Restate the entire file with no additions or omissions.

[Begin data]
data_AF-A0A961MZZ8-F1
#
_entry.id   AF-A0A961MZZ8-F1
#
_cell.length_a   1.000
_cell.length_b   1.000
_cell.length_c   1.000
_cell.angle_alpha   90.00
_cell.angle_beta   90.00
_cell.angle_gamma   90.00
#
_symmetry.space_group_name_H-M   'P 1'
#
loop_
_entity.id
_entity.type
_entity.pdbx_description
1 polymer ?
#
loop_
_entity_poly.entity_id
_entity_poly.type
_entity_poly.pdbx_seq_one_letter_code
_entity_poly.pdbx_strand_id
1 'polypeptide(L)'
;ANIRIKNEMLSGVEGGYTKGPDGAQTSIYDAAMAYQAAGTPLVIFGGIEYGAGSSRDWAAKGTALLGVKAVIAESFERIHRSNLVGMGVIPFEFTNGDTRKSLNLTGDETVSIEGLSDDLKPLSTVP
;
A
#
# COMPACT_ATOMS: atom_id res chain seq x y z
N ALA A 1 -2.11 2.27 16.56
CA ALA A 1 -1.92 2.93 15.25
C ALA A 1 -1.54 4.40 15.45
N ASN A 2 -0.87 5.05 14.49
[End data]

data_AF-A0A961MZZ8-F1
#
_entry.id   AF-A0A961MZZ8-F1
#
_cell.length_a   1.000
_cell.length_b   1.000
_cell.length_c   1.000
_cell.angle_alpha   90.00
_cell.angle_beta   90.00
_cell.angle_gamma   90.00
#
_symmetry.space_group_name_H-M   'P 1'
#
loop_
_entity.id
_entity.type
_entity.pdbx_description
1 polymer ?
#
loop_
_entity_poly.entity_id
_entity_poly.type
_entity_poly.pdbx_seq_one_letter_code
_entity_poly.pdbx_strand_id
1 'polypeptide(L)'
;ANIRIKNEMLSGVEGGYTKGPDGAQTSIYDAAMAYQAAGTPLVIFGGIEYGAGSSRDWAAKGTALLGVKAVIAESFERIHRSNLVGMGVIPFEFTNGDTRKSLNLTGDETVSIEGLSDDLKPLSTVP
;
A
#
# COMPACT_ATOMS: atom_id res chain seq x y z
N ALA A 1 -2.11 2.27 16.56
CA ALA A 1 -1.92 2.93 15.25
C ALA A 1 -1.54 4.40 15.45
N ASN A 2 -0.87 5.05 14.49